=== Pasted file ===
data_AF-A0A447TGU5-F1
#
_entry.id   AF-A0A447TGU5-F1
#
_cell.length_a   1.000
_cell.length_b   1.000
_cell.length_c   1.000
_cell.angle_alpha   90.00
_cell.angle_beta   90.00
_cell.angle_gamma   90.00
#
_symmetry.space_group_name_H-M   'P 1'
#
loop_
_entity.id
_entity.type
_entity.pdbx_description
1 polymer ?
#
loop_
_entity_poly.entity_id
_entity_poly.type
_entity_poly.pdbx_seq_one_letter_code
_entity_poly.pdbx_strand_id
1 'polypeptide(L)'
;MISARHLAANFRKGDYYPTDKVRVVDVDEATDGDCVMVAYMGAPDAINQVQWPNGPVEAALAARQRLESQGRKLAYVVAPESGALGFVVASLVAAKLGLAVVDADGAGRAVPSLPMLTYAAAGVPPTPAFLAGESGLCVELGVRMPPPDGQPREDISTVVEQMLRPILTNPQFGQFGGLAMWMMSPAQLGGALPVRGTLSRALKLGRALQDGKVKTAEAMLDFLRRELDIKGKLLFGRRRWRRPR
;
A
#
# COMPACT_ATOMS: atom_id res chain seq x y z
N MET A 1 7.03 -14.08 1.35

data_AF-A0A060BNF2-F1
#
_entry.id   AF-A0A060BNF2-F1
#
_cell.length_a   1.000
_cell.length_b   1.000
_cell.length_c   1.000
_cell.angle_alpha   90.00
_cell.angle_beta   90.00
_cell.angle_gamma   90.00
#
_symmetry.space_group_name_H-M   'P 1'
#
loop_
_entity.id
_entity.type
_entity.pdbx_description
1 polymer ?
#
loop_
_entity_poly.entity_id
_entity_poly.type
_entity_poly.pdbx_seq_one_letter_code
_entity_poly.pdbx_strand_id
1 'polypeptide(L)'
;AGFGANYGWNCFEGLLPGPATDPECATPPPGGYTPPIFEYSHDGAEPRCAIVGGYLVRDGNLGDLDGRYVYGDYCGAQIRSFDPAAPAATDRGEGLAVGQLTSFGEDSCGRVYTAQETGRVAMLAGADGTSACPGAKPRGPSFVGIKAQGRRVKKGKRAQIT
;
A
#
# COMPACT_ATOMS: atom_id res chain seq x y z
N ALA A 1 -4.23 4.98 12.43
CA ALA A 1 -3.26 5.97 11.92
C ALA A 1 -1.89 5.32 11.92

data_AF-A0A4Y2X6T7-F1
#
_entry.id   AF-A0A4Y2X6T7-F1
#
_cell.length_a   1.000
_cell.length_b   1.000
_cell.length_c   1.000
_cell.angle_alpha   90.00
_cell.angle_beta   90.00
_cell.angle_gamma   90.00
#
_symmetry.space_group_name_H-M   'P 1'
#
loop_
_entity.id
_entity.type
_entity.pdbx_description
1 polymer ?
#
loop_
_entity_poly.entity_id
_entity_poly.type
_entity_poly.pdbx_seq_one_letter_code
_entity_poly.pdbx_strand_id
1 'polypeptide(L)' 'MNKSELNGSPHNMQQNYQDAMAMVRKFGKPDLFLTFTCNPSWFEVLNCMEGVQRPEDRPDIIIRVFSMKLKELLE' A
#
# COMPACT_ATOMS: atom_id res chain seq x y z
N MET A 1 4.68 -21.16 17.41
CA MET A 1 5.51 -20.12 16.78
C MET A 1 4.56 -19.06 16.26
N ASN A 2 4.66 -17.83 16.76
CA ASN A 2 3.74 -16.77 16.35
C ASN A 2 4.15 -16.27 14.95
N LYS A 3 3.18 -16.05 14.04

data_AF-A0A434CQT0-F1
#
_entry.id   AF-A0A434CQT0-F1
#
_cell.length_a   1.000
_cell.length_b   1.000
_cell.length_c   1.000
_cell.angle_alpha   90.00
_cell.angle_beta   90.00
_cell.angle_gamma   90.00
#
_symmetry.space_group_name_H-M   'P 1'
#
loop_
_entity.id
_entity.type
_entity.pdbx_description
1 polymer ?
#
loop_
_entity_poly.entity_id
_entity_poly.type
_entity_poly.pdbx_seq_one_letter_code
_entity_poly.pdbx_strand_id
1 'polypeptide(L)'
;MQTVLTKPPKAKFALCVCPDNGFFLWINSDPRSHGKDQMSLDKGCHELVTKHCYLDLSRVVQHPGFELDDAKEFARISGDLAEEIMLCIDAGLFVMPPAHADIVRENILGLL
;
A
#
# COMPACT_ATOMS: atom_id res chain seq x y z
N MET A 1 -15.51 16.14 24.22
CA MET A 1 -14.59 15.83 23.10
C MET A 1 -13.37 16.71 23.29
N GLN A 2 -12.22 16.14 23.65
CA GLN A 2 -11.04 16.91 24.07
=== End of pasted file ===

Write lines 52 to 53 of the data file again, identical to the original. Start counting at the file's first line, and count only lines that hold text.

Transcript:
_entity_poly.entity_id
_entity_poly.type